Looking back on it now, I wonder if he was attracted to my beauty, my poise, my Americaness. Or did he see me as unlovely and desperate enough to respond to his attention and repay it with marriage?  Was he really into me?  The thing was that all the Irish women in this set had very good jobs and all the men were un- or under-employed. Possibly/probably in the country without a visa and they counted on blending  into the Irish-American landscape of Queens until they were able gain a firm foothold here one way or the other.  Maybe that’s why he looked so sad and upset when he told me  he wouldn’t be seeing me – that my American robustness was not what he thought it would be. Perhaps I was not sturdy enough to provide the support he was looking for?

I can’t remember his name.

Anyway.  Too ra loo ra loo!

Wish Me Luck

I’m headed down the Parkway this morning to see the floor lamp of the Craigslist seller who stood me up before. Not the pageant lamp – the other more sedate one.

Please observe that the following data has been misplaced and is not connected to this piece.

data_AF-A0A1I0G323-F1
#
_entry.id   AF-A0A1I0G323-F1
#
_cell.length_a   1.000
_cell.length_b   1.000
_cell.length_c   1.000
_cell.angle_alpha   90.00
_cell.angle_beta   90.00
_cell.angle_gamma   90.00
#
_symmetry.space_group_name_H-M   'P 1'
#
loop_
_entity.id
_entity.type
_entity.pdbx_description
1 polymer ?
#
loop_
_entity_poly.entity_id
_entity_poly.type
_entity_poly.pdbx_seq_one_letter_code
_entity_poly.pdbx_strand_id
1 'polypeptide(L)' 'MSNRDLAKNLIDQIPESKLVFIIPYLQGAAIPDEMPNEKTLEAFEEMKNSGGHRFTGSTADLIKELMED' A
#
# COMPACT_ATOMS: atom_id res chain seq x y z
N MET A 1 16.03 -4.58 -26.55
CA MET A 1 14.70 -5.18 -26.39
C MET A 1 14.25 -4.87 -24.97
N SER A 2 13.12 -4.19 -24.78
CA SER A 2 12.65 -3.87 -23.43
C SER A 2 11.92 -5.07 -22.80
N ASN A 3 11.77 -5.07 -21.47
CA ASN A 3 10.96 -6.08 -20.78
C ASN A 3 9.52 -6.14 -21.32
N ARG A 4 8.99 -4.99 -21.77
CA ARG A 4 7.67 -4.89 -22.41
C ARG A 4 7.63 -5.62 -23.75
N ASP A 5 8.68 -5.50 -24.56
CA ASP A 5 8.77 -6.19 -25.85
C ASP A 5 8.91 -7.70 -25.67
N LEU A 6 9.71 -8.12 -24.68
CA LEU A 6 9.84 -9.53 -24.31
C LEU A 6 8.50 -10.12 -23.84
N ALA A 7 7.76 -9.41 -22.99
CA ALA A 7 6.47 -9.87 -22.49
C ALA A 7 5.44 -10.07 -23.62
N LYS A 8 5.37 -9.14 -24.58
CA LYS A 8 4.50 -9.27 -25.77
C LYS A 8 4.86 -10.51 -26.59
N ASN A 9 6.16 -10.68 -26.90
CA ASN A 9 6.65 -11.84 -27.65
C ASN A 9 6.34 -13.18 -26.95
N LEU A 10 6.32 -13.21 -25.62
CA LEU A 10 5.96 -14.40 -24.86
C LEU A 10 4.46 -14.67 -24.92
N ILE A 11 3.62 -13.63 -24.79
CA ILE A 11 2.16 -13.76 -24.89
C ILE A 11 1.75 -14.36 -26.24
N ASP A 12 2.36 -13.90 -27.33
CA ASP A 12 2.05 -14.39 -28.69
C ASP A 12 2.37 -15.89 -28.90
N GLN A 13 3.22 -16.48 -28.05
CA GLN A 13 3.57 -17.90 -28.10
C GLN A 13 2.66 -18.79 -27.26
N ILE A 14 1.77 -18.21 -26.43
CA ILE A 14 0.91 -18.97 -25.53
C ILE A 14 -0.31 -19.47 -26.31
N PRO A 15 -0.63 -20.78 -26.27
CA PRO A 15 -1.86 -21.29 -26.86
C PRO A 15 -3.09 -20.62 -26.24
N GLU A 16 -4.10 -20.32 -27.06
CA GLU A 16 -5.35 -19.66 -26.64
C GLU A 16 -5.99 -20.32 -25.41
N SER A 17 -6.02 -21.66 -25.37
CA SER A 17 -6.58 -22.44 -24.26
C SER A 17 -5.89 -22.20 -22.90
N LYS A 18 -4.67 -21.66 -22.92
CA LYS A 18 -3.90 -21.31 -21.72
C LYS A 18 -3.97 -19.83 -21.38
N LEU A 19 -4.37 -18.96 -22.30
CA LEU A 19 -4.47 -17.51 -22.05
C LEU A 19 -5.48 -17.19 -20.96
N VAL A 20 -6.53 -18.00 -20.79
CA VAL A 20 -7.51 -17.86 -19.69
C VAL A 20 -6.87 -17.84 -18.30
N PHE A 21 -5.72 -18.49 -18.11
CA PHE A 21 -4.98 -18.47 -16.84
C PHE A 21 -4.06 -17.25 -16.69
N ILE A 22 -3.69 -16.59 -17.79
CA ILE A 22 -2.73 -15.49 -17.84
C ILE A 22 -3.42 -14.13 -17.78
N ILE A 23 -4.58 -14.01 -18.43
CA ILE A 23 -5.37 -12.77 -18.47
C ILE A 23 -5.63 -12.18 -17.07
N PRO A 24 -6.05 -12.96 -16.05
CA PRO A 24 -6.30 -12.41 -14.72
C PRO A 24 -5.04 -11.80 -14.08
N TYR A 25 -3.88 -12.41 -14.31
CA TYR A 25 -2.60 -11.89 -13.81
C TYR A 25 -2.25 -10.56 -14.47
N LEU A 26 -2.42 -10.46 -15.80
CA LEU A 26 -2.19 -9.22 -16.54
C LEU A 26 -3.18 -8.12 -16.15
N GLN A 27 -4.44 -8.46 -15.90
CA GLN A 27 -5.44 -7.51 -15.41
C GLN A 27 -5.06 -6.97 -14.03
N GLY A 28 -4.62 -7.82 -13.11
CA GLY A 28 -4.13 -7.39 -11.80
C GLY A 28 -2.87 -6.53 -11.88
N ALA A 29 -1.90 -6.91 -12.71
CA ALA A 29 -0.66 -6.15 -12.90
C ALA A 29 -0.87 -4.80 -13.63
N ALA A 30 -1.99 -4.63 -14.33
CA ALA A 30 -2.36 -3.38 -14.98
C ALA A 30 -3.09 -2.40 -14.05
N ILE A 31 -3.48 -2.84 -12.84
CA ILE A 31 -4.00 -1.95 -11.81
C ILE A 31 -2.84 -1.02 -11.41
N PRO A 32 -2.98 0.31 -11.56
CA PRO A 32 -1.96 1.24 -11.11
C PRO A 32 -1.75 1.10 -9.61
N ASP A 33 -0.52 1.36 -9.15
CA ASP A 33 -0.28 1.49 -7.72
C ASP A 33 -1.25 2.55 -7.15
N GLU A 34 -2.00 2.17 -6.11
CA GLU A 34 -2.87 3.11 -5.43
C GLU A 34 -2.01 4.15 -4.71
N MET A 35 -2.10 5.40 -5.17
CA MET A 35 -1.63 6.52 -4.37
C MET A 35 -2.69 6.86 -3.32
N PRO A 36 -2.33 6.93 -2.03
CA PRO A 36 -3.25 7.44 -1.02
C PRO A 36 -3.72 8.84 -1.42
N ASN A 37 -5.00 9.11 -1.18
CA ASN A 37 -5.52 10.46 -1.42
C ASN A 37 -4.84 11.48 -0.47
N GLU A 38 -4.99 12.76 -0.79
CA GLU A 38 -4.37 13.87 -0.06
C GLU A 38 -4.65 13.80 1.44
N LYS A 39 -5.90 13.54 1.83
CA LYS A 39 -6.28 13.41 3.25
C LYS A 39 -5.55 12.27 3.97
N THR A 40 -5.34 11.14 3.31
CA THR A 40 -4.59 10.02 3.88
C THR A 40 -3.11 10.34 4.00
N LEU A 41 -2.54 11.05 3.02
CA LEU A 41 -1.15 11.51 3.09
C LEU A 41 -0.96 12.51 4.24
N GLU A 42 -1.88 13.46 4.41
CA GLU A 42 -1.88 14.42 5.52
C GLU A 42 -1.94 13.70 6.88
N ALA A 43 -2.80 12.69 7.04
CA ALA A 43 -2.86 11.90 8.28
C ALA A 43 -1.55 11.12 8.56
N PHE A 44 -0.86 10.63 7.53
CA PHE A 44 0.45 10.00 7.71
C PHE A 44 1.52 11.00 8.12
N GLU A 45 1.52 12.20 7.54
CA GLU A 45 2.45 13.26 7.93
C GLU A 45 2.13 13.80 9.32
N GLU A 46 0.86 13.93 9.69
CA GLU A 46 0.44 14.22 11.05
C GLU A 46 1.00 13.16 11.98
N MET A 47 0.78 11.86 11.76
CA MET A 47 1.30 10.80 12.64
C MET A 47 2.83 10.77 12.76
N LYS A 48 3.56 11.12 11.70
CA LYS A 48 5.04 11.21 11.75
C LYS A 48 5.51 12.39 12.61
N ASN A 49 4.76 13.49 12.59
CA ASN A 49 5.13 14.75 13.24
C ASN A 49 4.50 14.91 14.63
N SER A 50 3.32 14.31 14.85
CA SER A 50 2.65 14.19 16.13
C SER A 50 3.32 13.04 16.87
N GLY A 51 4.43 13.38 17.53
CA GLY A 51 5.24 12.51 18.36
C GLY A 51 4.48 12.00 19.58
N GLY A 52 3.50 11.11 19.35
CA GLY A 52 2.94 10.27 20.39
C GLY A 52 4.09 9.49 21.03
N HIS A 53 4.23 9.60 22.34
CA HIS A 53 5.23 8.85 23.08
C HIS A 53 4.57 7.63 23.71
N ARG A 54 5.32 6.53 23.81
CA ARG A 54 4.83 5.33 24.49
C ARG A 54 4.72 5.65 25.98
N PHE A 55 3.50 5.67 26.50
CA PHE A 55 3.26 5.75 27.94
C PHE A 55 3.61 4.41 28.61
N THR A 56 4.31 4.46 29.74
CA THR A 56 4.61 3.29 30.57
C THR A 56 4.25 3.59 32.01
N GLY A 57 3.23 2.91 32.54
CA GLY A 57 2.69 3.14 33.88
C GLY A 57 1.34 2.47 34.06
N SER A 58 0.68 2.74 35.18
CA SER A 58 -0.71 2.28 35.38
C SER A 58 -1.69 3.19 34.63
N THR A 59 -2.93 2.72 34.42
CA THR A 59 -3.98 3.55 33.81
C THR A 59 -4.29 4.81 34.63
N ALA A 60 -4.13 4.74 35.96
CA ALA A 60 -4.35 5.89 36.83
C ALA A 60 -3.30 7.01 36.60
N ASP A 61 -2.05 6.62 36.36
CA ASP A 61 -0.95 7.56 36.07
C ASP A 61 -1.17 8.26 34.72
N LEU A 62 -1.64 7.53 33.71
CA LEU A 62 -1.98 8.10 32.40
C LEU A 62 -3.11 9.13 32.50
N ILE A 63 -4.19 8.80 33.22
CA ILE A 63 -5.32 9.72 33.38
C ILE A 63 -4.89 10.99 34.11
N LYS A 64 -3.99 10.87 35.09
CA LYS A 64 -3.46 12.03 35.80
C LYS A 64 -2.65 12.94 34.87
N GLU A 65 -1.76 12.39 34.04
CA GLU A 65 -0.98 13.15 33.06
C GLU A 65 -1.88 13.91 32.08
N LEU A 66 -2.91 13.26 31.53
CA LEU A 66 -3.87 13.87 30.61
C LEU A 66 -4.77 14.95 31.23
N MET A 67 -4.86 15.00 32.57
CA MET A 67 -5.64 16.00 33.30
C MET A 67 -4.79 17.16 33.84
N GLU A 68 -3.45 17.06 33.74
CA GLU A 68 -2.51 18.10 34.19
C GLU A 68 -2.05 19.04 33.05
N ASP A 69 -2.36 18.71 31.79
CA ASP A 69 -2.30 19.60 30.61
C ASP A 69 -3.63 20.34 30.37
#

Which means I got up early had one cup of coffee and then showered and got otherwise ready according to an external schedule, not my usual pajamas all day and wash your hair whenever you feel like it routine. This is a real drag. How do you people do it?

I do not have the feeling that I am going to come home with this lamp. With one spectacular exception,  I’m conditioned to expect failure when it comes to buying used lamps.



It needs a brighter light bulb and maybe a Swarovski snowflake hanging from the swing arm but here it is. Now I’m all set to fall asleep in this chair when I read. This is my Craigslist corner: nightstand, club chair and floor lamp all gently used and tasked with a second life in my lac,y rose-y bedroom. Which by the way, my children laugh at for its tackiness.

Also, I guess I do have a little pageant in me after all:unnamed (3)